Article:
Film Festival in Full Swing
Film Festival in Full Swing
The 2019 Film/Animation/Video senior festival features an exceptional range of final projects.
Among the new senior films premiering May 8–11 is a short by Lindsey DeMars 19 FAV featuring rat buddies on the move.
RISD’s Film/Animation/Video department is screening a vast array of final film projects by graduating seniors this week in the RISD Auditorium. Running from May 8–11, the four-evening festival launched on Wednesday with a mix of animated shorts and longer, live-action pieces referencing such universal themes as death, anxiety, creation and the often overwhelming nature of modern life.
“Last fall, each senior began the process of either honing a single work or developing a body of work,” says Department Head Sheri Wills. “The year was full of learning, progress, inevitable setbacks, occasional joys and moments of clarity, and every work in the show bears the imprint of that journey.”
The Wednesday-night screening began with four back-to-back short animations reflecting the unique artistic style of each filmmaker. There’s No “E” in Wisconsin by Lindsey DeMars 19 FAV tells the story of two brilliant, laid-back rat inventors who take an inadvertent trip to outer space with their cat frenemy. The polished 9:16-minute piece highlights DeMars’ understated sense of humor and wonderful ear for dialogue.
“The year was full of learning, progress, inevitable setbacks, occasional joys and moments of clarity.”
A dialogue-free animation by Tom Coute 19 FAV, Access to Excess, provided a nice contrast to the opening film in the form of a wiggly-lined hand-drawn piece focused on the over-abundance of choice in America’s mega food markets. “Supermarkets are surreal,” says the filmmaker. “People, choices and our inner dialogues power this microcosm of industrialized societies where shopping carts alleviate unfulfilled desires.”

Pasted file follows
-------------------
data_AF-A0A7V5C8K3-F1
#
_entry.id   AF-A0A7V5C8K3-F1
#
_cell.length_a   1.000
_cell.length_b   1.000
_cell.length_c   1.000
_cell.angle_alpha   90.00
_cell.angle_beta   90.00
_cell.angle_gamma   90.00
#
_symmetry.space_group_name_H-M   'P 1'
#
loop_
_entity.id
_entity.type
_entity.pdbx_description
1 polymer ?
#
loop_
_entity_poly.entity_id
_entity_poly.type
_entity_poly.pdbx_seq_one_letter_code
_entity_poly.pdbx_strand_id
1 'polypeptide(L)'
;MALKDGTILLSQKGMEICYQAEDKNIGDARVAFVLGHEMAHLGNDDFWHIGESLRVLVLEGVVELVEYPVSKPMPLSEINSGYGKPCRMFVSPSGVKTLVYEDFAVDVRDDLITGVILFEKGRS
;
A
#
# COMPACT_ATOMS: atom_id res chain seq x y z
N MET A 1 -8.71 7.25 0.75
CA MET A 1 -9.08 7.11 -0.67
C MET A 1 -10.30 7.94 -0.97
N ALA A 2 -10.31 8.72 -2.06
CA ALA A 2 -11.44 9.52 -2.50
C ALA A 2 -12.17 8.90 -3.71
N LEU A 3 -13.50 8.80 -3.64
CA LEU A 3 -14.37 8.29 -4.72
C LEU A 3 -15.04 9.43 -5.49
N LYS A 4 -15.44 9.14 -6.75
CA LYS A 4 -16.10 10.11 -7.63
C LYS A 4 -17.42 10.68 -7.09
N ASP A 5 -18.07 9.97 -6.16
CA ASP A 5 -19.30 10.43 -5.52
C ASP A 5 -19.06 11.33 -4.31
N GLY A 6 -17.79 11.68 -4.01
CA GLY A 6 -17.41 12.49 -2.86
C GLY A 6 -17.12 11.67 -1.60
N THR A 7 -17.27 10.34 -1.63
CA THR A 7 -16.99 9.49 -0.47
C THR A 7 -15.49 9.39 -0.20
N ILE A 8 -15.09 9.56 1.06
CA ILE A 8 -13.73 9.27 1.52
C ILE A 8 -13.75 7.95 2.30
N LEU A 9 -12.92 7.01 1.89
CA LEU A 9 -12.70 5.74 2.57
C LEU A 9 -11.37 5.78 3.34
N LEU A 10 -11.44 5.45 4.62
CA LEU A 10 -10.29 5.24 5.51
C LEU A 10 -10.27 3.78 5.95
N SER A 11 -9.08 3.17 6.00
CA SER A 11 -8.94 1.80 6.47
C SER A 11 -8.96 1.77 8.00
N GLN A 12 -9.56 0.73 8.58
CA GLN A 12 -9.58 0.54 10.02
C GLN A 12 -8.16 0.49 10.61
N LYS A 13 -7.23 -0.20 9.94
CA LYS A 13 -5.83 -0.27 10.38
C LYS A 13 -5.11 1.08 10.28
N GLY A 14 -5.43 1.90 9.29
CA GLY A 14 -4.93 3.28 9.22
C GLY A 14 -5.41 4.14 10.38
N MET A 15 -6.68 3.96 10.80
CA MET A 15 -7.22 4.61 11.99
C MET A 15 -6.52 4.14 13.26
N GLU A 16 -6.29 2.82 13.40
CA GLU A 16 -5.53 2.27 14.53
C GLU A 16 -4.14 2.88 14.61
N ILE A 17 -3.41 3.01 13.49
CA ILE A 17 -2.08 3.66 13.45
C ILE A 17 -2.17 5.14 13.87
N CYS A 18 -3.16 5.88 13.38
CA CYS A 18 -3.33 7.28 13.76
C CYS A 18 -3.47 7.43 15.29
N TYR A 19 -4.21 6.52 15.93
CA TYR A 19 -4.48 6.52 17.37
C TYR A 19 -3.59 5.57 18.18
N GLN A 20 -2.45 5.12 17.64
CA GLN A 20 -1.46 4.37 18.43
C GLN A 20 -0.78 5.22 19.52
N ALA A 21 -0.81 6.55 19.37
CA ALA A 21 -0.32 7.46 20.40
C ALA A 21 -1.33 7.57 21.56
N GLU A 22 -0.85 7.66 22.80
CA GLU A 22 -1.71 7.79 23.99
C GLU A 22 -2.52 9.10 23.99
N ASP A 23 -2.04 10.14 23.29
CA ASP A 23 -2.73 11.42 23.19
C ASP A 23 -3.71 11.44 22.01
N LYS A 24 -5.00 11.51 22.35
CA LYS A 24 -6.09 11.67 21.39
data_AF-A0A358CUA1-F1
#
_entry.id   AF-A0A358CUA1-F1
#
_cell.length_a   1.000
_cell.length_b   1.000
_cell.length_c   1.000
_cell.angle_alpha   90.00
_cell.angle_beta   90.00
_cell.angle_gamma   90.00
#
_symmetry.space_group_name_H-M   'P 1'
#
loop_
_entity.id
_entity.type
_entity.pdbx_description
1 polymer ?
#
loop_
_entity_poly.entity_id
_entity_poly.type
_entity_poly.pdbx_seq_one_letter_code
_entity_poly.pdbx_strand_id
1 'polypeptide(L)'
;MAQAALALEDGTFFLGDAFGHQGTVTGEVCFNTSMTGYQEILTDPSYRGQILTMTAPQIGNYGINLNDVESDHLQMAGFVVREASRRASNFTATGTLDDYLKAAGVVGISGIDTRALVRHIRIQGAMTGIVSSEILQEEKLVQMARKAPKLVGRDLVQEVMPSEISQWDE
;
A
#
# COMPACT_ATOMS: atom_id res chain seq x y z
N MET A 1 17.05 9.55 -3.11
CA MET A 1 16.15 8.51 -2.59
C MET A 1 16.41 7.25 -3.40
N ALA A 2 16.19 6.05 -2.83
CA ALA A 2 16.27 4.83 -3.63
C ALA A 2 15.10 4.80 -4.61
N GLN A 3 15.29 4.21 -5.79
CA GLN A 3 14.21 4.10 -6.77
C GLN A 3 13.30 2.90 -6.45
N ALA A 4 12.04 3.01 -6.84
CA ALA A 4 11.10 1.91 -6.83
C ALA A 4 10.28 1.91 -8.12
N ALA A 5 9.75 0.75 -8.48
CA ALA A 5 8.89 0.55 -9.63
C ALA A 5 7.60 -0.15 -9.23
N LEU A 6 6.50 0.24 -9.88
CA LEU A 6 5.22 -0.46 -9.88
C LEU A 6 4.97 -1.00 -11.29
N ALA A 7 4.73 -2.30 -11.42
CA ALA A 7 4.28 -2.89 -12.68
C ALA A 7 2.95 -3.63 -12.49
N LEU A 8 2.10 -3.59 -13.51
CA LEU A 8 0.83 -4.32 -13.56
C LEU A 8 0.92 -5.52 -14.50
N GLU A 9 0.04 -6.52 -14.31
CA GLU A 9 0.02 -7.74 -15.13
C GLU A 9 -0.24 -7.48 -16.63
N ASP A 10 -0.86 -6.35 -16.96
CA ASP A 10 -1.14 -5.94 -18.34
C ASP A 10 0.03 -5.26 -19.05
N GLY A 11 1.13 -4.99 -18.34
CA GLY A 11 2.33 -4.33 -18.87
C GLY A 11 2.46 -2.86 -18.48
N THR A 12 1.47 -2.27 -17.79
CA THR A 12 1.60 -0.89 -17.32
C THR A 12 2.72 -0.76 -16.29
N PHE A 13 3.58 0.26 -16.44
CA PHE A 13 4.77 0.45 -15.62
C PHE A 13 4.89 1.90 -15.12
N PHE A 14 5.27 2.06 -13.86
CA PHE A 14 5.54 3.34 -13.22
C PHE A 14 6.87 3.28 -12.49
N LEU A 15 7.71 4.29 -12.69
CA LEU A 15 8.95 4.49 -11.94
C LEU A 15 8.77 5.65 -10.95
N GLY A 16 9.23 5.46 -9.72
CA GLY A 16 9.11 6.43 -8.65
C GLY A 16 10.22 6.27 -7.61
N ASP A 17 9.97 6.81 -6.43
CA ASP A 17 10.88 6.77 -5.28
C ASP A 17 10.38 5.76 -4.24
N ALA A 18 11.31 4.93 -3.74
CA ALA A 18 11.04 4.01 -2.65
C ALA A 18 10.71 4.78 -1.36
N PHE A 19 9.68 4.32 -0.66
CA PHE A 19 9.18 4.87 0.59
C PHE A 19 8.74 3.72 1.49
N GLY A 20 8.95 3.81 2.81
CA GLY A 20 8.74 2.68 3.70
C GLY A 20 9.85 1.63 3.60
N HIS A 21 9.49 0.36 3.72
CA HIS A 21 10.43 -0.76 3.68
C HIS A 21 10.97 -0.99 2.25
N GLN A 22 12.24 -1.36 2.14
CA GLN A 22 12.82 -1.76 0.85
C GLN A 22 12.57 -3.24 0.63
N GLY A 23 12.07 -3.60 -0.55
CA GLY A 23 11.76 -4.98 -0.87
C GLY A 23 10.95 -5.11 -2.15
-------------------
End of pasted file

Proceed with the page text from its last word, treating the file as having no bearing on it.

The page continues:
Nathan Taylor 19 FAV continued down the path of anxiety and inner conflict with Graduated Exposure, a tongue-in-cheek homage to middle school, which was followed by a character-driven piece by Scott Wiggins 19 FAV about a mad scientist and his big-hearted creation (Dr. Fondü and the Broccoli Man).
The program then moved into longer-form live action films by David M. Sullivan 19 FAV, Jingwei Wang 19 FAV and Garith Yang 19 FAV. Sullivan’s piece, Essence of Memory, features a sinister afterlife card game in which players are compelled to gamble away their memories. Wang offered a personal piece about her best friend in China—Dear Qinqwen, Love Jingwei—that brought modern Chinese culture to vivid life (right down to the self-serve sex toy shop), and Yang stepped back in time to present her atmospheric, beautifully filmed take on the master-and-apprentice story, Can’t Cease the Wind.
For the first time, Open Media majors presented a large-scale, multimedia installation in Market Square, inviting viewers into metal shipping containers to experience the work. “They take a wide range of approaches,” says Wills, “from a video game that develops empathy for non-human animals by JJ Lim 19 FAV to projection-based work on ceramic sculpture by Jackie Zazueta 19 FAV and Lulu Hou MFA 19 CR to an entrepreneurial project intended to help people develop sustainable living habits by Tara Gupta 19 FAV and a piece combining painting and video by Corey Dorr 19 FAV and Melissa Danitz 19 PT.”
In tandem with the Auditorium screenings, the Open Media work will be on view from 6–9 pm, Thursday, Friday and Saturday. And with a total of 41 FAV students graduating this year, there is something in the remaining screenings to delight every viewer.
Michaela Olsen and Emily Collins bring complementary skills to their growing animation studio Mighty Oak.
As a summer intern at Running Man studio in NYC, Film/Animation/Video major Sarah Novak-Sheward 19 FAV gets a feel for TV production.
Film/Animation/Video seniors present a broad range of animated and live action films at this spring’s festival.